Asked what she wanted her legacy to be, Congresswoman Shirley Chisholm once said, “I’d like them to say that Shirley Chisholm had guts. That’s how I’d like to be remembered.”
This Black History Month, we remembered Shirley for her extraordinary American story—a daughter of Caribbean immigrants who 50 years ago became the first Black woman elected to Congress. We remember her fight to increase the minimum wage, support our veterans, and expand access to healthcare. We remember her role in helping to found the Congressional Black Caucus and the National Organization for Women. And, yes, we remember that she had guts.
Shirley Chisholm had the guts to oppose the Vietnam War. The guts to run for president in 1972, as the first Black woman to seek the nomination of a major American political party. The guts to reach across the aisle and see that we have more in common than what separates us, whether that was working with Republican Senator Bob Dole to create the food stamp program or visiting George Wallace, her racist presidential rival, in the hospital after he had been shot in a failed assassination attempt.
Above all, Shirley Chisholm had the guts to speak truth—no matter how uncomfortable or unpopular. Her “greatest political asset” she once said, “is my mouth, out of which come all kinds of things one shouldn’t always discuss for reasons of political expediency.” As her campaign slogan promised, she was always “Unbought and Unbossed.”
Like Shirley, I believe that to restore confidence and trust in our institutions and leaders, we need to speak truth. We need to acknowledge that racism is real in this country. Anti-Semitism is real in this country. Sexism, sexual assault, and workplace harassment are real in this country. We need to speak the truth that America was founded by immigrants, and we should not be vilifying people who come here in search of greater opportunity for themselves and their children.
And that means electing more leaders who aren’t afraid to speak up and speak out.
Since Shirley’s brilliance and boldness opened doors, countless others have been inspired to follow in her footsteps—myself included. Over the past 50 years, 41 Black women have been elected to Congress—from Congresswoman Barbara Lee, who was an outspoken opponent of the war in Iraq, to Congresswoman Maxine Waters, reclaiming her time and challenging the injustices of this Administration. Last November, Vi Lyles became the first Black woman elected Mayor of Charlotte, North Carolina. And this election cycle, Black women are looking to make their mark in races across the country, from governor to attorney general to secretary of state to school board.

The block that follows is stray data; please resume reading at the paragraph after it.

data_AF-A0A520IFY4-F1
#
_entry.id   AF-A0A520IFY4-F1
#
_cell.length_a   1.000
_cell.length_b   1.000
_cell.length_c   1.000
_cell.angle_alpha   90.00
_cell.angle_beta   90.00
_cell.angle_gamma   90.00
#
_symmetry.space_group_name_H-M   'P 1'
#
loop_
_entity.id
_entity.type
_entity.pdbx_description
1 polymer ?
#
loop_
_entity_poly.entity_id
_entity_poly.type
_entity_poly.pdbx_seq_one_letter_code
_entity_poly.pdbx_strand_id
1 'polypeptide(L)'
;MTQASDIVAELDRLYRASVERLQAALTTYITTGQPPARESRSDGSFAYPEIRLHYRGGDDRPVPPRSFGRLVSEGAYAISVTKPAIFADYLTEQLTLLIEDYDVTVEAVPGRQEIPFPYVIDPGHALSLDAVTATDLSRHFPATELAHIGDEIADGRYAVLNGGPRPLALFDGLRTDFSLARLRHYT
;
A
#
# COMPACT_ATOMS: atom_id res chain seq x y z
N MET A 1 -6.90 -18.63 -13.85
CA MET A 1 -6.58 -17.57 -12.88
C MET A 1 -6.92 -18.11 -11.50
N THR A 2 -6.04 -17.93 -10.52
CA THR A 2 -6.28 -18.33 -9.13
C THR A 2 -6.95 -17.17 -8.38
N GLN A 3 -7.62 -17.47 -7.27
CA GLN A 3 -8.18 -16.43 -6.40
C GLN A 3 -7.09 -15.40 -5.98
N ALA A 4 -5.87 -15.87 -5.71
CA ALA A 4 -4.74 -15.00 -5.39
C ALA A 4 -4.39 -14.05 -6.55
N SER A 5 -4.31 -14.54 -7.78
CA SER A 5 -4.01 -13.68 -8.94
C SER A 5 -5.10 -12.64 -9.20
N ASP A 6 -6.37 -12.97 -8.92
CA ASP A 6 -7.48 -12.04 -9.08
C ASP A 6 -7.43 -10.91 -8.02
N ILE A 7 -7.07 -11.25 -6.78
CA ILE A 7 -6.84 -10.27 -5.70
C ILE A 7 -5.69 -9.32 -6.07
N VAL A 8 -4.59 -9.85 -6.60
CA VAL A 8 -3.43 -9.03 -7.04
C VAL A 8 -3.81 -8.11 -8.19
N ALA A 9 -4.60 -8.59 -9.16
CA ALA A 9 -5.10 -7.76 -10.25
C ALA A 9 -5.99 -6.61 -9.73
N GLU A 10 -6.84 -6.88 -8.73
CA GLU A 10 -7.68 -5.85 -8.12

But as we celebrate the progress we’ve made, we can’t lose sight of the work we still have to do. Each of us has to do a better job of going up to our friends serving in various ways in their communities and encouraging them to run office. Our political parties and organizations have to do a better job of supporting Black women who do choose to run. And every one of us privileged to serve has to mentor and lift up others. As my mother would often tell me, “You may be the first to do many things, but make sure you’re not the last.”
Because when any of us breaks a barrier, it allows people who otherwise could not imagine someone who looks like them in that role to see themselves. For every Shirley Chisholm, there are countless little girls looking up to her and envisioning their future.
To ensure that Shirley’s shining example continues to inspire, I’m cosponsoring a bicameral bill with Congresswoman Yvette Clarke—who represents the people of Brooklyn who Shirley once served—to place a statue of Shirley in our nation’s Capitol.
Fifty years from now, I hope that statue stands among the other American icons we honor in the Capitol. I hope Black women crowd into the Senators-only elevator, giving every American equal voice and equal representation. And I hope that all of our nation’s leaders demonstrate the guts, grit, and grace that Shirley Chisholm taught us.